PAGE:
Council Chairman Phil Mendelson recently took an important step towards greater transparency and accountability for the District government when he mandated that an economic impact analysis be performed on proposed legislation in the new Council period.

Measuring the impact your policy prescriptions will have on the District’s economy, and understanding the effects your legislation will have on job creation are critical components of good government. This analysis will lead to better decision making.

Now the question is what should an economic impact analysis analyze? Here are some guidelines:

An economic impact analysis typically measures or estimates the change in economic activity between two scenarios: one assuming an economic event, such as a change in public policy, happens, and one assuming it does not.

Economic impact analyses generally study macroeconomic effects. These are the big variables that affect the entirety of the economy. The classic example is tax rates. Tax rates affect the behavior of every business and every resident in the city.

It’s critical that an economic impact analysis be limited to measuring the effects the various legislative provisions of a bill will have on the private economy as a whole.

Another important factor is simplicity. Economic analysis can get sideways in a hurry the more variables you add. The likely methodology for these analyses will be economic simulation modeling. These models can vary widely in complexity. It’s important that these models be kept as simple as possible.

The economist who is assigned to conduct the economic impact analysis by the District government should be given only two missions:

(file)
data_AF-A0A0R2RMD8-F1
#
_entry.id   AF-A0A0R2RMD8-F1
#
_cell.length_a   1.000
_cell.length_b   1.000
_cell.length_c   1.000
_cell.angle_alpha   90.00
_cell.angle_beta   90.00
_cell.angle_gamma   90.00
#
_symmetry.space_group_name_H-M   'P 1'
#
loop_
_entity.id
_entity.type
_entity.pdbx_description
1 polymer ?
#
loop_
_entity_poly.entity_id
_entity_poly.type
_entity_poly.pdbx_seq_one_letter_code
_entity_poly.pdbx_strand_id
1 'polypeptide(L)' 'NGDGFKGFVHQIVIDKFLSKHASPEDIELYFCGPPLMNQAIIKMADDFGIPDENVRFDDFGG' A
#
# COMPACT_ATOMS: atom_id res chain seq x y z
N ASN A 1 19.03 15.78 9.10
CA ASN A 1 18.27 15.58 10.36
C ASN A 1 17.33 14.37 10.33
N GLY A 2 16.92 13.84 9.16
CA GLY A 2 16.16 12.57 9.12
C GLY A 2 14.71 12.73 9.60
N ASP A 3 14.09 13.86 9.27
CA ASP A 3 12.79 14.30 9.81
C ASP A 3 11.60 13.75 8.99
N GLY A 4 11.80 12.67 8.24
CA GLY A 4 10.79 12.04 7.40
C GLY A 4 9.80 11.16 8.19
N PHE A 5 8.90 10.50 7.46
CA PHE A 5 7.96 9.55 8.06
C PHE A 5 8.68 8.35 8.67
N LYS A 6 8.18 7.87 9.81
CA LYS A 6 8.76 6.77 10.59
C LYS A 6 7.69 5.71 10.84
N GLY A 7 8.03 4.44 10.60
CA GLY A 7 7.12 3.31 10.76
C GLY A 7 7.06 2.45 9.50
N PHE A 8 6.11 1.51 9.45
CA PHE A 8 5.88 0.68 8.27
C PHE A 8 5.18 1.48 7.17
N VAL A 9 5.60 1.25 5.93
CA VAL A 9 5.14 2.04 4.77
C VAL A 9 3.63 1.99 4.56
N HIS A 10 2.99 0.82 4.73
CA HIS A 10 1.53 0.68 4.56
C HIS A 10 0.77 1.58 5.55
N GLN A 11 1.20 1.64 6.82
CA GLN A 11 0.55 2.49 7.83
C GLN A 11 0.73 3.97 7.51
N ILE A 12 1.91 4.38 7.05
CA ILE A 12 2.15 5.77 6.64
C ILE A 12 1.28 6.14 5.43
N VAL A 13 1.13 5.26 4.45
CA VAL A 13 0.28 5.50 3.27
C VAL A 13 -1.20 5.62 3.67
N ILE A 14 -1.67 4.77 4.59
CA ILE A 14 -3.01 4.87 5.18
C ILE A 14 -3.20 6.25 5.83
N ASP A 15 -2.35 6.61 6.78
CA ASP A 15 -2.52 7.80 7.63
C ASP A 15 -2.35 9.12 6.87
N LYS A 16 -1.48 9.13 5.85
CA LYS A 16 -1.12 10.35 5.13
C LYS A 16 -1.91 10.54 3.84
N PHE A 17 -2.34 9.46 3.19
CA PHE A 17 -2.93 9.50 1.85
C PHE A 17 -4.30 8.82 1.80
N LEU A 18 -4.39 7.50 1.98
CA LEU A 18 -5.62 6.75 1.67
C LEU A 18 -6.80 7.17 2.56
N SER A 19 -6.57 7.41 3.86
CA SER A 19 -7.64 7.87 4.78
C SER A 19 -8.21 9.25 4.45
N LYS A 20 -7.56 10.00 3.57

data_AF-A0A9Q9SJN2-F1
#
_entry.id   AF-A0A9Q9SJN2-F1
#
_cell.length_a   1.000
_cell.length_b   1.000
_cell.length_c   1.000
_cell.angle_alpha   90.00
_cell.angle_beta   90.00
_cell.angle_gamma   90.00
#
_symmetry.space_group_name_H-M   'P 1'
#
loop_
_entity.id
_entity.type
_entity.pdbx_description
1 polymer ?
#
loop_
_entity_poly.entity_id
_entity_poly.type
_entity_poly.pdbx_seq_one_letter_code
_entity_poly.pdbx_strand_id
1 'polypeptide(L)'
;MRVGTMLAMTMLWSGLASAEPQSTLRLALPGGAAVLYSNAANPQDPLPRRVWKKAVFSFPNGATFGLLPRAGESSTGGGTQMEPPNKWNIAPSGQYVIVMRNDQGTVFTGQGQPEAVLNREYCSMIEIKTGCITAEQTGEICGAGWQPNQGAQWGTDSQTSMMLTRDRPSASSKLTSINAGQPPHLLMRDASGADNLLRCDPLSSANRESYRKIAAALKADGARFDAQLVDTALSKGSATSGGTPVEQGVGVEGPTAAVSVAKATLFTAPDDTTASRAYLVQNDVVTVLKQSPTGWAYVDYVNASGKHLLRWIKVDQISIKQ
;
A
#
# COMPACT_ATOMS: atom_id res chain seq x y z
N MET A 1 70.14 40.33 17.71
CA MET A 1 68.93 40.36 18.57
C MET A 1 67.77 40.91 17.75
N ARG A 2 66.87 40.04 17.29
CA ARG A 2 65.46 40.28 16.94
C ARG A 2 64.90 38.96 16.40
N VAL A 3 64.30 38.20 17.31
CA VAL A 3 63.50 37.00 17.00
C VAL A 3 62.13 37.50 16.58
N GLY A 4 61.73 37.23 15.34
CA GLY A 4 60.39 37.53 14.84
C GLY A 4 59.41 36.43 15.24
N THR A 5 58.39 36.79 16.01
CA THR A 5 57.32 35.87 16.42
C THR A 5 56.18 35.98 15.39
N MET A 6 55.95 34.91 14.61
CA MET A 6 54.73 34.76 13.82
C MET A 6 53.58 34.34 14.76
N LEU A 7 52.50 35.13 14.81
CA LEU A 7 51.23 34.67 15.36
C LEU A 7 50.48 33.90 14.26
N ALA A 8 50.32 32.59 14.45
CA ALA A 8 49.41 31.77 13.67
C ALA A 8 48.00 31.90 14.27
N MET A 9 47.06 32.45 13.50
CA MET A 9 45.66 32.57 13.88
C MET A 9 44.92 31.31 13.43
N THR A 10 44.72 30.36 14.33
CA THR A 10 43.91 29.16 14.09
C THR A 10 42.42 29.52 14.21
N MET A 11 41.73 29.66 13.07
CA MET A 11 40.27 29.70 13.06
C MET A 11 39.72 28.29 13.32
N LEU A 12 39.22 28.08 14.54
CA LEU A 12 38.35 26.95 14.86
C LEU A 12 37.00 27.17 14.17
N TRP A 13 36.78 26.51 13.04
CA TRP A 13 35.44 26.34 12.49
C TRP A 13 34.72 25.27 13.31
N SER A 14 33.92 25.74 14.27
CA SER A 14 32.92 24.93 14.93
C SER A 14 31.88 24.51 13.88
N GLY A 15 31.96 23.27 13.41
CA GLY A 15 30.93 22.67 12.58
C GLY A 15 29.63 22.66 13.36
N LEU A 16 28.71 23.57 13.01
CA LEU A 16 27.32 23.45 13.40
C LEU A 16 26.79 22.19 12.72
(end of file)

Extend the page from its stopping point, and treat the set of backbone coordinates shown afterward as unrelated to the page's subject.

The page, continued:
1. Analyze the value-added impact of the major provisions of the assigned bill. Value-added impact calculates the expected increase (or decrease) in state domestic product (SDP) that a change from current law will have on the District’s economy. SDP is the terminology used by the Bureau of Economic Analysis to represent the sum total of goods and services produced by a state in a given time period. DC is a state for the purposes of measuring SDP. In short, tell us what this law will do to economic activity. Will it induce more or less of it? Will it add to SDP or subtract from it?
  2. And tell us what the provisions of this law mean in terms of job creation. Will this law induce changes in behavior that would cause business owners and managers to increase or decrease the number of people they employ?

Mechanisms for maintaining the independence, impartiality and credibility of the analysis will be crucial to maintaining the integrity of the work. They will have to be built into the function. The question of who employs these analysts will be critical to the perception of the independence of the work.